XP/Agile Universe 2003 was held Aug. 10-13 in New Orleans, LA (NOLA). See my previous post regarding day 1.
The first session of the day was the Panel of Authors: Unit Testing Tips and Techniques by Gerard Meszaros, Shaun Smith, Jennitta Andrea, Rong Ou and Robert Wenner. Gerard and Shaun discussed their paper “The Test Automation Manifesto” where they discussed test automation patterns, test automation smells and discussed their experience writing automated tests. Rong Ou discussed his paper “Test Driven Database Development” where he describes the difficulties of testing database hosted functionality. The proposed solution of using an in memory database for tests is novel, but limited to applications using ANSI-SQL (i.e. no stored procedures, triggers, etc.). Robert Wenner discussed his paper “JNI Testing” where he described how he simplified the testing of the JNI layer.
Next was an Openspace that was a follow-up of Gary McGraw's security talk on day 1. We discussed some techniques for making code more secure, defining trust boundaries, and how XP practices might better address security needs.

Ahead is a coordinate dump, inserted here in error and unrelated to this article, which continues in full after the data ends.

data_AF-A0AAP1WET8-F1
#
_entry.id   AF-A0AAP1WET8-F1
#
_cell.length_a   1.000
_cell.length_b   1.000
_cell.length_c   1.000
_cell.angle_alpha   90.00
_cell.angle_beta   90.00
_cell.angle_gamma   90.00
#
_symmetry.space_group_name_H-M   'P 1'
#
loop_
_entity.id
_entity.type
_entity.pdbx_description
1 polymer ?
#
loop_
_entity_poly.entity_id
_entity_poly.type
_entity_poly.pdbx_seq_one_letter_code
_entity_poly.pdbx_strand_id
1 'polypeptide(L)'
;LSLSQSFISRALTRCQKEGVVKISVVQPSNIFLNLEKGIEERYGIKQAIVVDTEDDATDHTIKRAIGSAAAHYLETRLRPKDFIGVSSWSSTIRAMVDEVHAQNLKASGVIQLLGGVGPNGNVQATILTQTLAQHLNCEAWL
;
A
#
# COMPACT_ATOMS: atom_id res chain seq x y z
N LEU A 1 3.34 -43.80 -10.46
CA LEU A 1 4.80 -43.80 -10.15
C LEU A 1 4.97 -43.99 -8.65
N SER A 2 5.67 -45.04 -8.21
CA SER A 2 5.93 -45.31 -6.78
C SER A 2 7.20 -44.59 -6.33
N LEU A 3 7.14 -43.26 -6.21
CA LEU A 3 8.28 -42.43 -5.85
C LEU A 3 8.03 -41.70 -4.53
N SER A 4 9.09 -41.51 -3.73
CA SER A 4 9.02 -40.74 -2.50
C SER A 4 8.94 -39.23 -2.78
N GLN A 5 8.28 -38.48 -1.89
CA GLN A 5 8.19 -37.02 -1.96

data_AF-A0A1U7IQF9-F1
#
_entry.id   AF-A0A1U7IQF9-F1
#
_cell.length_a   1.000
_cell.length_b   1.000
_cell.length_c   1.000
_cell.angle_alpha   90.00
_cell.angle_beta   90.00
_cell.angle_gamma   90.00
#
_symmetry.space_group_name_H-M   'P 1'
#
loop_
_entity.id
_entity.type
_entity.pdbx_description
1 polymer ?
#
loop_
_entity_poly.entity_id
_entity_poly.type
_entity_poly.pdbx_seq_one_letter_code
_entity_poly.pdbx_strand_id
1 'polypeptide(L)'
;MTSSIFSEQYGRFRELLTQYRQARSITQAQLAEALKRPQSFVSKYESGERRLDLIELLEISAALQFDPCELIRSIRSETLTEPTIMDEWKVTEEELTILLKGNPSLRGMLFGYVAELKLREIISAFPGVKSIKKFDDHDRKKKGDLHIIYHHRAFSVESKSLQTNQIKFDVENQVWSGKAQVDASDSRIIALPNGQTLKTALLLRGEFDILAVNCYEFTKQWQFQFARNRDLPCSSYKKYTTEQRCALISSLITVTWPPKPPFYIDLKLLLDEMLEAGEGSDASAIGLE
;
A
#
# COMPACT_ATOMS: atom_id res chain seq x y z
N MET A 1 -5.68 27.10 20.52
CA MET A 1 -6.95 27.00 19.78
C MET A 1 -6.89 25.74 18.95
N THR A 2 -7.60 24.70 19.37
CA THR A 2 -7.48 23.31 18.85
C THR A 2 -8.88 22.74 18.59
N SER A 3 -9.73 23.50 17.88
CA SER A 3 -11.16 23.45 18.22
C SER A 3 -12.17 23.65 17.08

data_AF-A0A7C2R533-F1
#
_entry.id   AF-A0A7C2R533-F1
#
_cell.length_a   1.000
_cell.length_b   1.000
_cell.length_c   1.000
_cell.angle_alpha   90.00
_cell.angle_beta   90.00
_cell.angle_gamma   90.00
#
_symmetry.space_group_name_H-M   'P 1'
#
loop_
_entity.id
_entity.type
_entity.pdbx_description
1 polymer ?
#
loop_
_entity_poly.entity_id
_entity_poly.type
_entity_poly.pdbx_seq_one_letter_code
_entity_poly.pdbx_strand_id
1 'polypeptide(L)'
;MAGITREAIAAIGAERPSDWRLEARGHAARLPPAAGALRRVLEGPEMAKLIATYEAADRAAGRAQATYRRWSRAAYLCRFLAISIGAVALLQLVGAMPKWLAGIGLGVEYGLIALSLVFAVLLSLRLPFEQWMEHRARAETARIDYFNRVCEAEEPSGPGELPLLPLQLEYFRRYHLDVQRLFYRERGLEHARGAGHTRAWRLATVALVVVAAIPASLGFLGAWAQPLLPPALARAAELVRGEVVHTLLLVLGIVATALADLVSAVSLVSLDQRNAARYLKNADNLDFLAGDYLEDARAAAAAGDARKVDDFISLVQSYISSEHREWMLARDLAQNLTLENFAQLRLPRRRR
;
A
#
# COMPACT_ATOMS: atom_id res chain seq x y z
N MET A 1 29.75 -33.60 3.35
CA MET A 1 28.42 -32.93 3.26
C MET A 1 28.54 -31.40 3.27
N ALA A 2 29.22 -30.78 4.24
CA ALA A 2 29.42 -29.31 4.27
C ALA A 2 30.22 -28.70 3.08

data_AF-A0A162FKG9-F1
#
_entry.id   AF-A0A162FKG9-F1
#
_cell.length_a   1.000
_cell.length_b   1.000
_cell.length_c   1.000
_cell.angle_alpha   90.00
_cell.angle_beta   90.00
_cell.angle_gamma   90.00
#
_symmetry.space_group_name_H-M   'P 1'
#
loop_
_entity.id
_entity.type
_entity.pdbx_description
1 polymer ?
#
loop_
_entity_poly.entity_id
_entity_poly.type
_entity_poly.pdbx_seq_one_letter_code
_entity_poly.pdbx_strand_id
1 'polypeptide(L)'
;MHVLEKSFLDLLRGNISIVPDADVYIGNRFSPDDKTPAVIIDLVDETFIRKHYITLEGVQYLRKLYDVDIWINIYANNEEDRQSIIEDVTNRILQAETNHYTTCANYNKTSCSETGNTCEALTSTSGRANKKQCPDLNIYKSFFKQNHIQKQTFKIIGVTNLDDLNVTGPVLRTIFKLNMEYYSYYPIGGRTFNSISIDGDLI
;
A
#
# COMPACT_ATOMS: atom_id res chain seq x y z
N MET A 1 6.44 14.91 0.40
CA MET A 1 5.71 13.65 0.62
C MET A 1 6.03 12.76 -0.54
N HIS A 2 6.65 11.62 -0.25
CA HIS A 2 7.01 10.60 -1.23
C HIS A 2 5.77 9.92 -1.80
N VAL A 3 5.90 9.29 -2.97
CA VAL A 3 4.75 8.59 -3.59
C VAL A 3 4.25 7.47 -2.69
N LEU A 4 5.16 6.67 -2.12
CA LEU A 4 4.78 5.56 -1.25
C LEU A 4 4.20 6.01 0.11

The afternoon started with another Openspace titled “Agile Fusion Recap”. Agile Fusion was an event that Brian Marick & Rob Mee put together to bring together context-driven testers and agile programmers to build product together and learn from each other. The Openspace was meant to discuss the results of Agile Fusion and continue the dialog. The interesting points that came up were whether programmer/customer tests are really tests or something else and whether XP style testing is really enough. This is a fascinating topic and I'll be writing more about in the future. See Brian's blog as well.
I wrapped up the evening with another Openspace titled “Writers Roundtable”. The attendees were either published authors, or authors yet to be published (Micheal Feathers, Robert Wenner, Lowell Lindstrom, Mike Hill, Joshua Kerievsky and David Astels). An interesting discussion was how everyone got started writing, and almost everyone started because they were dismayed at the level of knowledge in their clients and co-workers and wanted to fix that. We also discussed writing work habits, when to edit, how to maintain your voice when editing, how to include beginner/advanced info without alienating the other, dealing with sample code in 1 or more languages, writing tools for book sized projects (i.e. not MS Word) and other sundry topics.
Openspace was new to me at this conference, but as you can see I spent a lot of time there on day 2. In fact I believe Openspace or something like it is required at a conference so that many can contribute their experience rather than just the speakers. Without Openspace the conference would have been marginally good. With Openspace the conference was excellent.